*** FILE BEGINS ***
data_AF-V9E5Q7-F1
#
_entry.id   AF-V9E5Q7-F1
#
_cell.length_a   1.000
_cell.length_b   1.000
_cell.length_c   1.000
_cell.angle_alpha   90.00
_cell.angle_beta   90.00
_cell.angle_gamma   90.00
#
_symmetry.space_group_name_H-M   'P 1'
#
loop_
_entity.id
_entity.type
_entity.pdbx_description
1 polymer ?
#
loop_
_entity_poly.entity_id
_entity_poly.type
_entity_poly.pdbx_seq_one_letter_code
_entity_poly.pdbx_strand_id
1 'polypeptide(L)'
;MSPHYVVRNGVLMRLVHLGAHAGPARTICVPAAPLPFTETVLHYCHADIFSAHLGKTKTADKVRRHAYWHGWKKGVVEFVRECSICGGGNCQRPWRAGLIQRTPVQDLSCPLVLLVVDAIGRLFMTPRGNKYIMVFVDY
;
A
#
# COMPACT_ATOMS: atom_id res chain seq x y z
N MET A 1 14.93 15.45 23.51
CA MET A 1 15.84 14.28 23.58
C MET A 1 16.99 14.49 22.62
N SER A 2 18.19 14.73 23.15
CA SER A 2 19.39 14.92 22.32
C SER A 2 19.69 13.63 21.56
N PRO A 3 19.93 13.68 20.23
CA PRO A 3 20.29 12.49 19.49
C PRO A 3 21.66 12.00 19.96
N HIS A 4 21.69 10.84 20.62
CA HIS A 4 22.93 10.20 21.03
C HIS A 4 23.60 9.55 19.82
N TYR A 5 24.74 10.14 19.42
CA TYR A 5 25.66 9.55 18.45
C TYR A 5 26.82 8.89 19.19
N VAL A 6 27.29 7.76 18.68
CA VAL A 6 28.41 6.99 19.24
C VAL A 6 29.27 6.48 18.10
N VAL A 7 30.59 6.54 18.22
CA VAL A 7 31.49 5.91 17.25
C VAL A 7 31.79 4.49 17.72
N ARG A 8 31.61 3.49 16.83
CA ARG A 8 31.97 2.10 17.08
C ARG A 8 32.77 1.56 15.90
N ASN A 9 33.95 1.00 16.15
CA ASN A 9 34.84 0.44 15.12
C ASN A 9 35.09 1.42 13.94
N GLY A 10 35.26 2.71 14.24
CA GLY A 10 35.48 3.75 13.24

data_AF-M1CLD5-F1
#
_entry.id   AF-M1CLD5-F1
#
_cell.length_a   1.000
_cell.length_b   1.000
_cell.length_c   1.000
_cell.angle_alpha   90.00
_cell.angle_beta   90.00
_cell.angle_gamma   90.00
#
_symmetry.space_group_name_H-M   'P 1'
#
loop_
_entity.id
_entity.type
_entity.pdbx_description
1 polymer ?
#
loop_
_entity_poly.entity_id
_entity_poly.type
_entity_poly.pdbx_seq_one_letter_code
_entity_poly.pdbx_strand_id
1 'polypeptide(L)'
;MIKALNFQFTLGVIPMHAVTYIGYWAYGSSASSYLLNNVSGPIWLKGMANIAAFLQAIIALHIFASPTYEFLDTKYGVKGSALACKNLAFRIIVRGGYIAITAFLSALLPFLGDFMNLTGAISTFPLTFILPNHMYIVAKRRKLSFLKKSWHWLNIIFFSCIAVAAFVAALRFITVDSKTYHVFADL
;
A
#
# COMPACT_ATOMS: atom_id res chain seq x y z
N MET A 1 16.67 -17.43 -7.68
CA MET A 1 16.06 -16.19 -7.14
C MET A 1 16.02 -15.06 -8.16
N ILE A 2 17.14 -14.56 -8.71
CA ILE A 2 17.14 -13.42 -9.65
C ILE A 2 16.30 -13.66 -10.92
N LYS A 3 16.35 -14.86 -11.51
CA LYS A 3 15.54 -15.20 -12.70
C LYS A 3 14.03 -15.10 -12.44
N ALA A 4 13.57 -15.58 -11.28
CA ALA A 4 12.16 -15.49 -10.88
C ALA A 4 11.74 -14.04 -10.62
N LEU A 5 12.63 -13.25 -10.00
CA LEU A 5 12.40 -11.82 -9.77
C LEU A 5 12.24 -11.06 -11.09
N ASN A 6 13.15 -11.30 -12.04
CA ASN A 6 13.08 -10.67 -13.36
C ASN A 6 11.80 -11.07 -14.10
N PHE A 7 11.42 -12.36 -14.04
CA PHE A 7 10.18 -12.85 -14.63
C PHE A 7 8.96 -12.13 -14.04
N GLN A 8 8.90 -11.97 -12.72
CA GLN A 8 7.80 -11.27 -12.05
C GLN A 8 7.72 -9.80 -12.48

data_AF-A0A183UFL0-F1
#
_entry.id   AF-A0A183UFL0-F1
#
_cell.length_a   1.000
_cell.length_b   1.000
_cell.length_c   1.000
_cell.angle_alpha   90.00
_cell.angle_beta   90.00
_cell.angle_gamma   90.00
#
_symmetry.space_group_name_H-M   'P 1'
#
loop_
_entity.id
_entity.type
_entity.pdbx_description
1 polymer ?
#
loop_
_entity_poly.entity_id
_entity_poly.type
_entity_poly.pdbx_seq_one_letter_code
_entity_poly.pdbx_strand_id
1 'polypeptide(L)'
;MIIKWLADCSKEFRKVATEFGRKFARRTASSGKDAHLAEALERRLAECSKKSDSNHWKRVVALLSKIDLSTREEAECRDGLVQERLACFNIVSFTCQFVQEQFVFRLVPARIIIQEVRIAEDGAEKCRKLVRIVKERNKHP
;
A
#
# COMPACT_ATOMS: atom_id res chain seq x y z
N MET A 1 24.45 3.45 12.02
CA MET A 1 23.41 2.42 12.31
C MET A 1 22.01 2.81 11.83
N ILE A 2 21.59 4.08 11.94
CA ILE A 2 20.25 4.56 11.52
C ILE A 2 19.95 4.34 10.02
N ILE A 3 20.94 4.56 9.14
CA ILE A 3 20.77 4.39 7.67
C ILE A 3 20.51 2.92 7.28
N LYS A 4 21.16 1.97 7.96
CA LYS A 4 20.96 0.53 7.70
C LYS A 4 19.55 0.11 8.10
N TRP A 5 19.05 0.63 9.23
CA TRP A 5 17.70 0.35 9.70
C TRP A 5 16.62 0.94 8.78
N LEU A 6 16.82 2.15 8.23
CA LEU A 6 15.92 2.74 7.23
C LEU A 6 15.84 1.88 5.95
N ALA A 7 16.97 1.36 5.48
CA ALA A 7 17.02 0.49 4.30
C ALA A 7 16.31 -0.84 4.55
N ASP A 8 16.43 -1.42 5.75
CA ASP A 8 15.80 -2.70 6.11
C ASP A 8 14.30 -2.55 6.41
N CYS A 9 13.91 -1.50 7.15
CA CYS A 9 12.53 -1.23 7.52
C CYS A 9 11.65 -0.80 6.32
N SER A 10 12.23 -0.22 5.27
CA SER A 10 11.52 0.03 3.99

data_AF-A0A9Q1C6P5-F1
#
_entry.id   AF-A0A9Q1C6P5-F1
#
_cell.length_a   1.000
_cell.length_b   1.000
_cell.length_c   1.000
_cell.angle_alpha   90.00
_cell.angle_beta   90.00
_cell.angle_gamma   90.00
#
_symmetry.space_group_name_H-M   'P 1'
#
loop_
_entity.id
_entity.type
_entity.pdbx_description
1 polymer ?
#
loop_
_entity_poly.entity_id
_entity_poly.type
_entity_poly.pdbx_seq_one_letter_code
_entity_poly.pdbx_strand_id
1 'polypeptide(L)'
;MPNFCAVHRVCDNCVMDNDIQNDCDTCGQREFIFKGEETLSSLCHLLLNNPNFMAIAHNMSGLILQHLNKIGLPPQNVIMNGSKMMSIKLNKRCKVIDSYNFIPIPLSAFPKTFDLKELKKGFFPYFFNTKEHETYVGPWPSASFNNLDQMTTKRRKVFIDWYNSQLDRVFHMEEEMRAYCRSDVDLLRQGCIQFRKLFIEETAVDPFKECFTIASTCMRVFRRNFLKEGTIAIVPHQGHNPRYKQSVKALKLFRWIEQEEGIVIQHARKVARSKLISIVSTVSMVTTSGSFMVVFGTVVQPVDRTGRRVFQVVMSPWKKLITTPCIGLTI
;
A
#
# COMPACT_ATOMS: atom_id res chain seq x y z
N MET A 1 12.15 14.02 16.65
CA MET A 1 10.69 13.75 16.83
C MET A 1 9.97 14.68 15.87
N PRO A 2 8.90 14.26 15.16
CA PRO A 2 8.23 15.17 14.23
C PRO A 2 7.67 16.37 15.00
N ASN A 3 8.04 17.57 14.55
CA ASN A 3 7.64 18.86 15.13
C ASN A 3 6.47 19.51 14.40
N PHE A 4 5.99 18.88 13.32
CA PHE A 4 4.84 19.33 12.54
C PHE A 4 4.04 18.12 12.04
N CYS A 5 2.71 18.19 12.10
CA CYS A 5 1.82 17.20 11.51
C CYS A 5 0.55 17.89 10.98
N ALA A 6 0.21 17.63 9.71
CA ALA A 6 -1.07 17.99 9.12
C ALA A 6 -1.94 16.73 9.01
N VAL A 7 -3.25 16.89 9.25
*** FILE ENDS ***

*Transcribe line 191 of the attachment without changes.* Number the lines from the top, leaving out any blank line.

#